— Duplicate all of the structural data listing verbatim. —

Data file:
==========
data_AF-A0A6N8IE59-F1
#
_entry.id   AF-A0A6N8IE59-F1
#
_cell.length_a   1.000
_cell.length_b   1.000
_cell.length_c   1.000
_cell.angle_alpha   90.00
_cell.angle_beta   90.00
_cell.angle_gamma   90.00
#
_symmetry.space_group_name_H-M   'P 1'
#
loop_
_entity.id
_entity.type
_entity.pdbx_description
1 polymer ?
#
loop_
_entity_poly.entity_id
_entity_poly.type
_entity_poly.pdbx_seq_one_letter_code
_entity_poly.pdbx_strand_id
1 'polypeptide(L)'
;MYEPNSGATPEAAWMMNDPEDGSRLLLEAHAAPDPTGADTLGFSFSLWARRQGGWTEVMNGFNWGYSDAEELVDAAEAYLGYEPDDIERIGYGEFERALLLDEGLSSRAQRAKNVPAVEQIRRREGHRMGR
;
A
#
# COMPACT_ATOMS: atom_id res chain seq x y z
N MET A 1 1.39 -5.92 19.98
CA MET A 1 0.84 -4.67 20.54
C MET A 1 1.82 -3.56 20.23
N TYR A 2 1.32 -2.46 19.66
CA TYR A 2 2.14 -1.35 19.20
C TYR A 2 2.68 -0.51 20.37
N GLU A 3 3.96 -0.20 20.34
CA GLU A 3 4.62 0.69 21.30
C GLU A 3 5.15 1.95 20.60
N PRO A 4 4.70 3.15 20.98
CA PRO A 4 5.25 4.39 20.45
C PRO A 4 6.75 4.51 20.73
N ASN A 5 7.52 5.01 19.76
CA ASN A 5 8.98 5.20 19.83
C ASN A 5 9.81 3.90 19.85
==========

data_AF-A0A6N8IE59-F1
#
_entry.id   AF-A0A6N8IE59-F1
#
_cell.length_a   1.000
_cell.length_b   1.000
_cell.length_c   1.000
_cell.angle_alpha   90.00
_cell.angle_beta   90.00
_cell.angle_gamma   90.00
#
_symmetry.space_group_name_H-M   'P 1'
#
loop_
_entity.id
_entity.type
_entity.pdbx_description
1 polymer ?
#
loop_
_entity_poly.entity_id
_entity_poly.type
_entity_poly.pdbx_seq_one_letter_code
_entity_poly.pdbx_strand_id
1 'polypeptide(L)'
;MYEPNSGATPEAAWMMNDPEDGSRLLLEAHAAPDPTGADTLGFSFSLWARRQGGWTEVMNGFNWGYSDAEELVDAAEAYLGYEPDDIERIGYGEFERALLLDEGLSSRAQRAKNVPAVEQIRRREGHRMGR
;
A
#
# COMPACT_ATOMS: atom_id res chain seq x y z
N MET A 1 1.39 -5.92 19.98
CA MET A 1 0.84 -4.67 20.54
C MET A 1 1.82 -3.56 20.23
N TYR A 2 1.32 -2.46 19.66
CA TYR A 2 2.14 -1.35 19.20
C TYR A 2 2.68 -0.51 20.37
N GLU A 3 3.96 -0.20 20.34
CA GLU A 3 4.62 0.69 21.30
C GLU A 3 5.15 1.95 20.60
N PRO A 4 4.70 3.15 20.98
CA PRO A 4 5.25 4.39 20.45
C PRO A 4 6.75 4.51 20.73
N ASN A 5 7.52 5.01 19.76
CA ASN A 5 8.98 5.20 19.83
C ASN A 5 9.81 3.90 19.85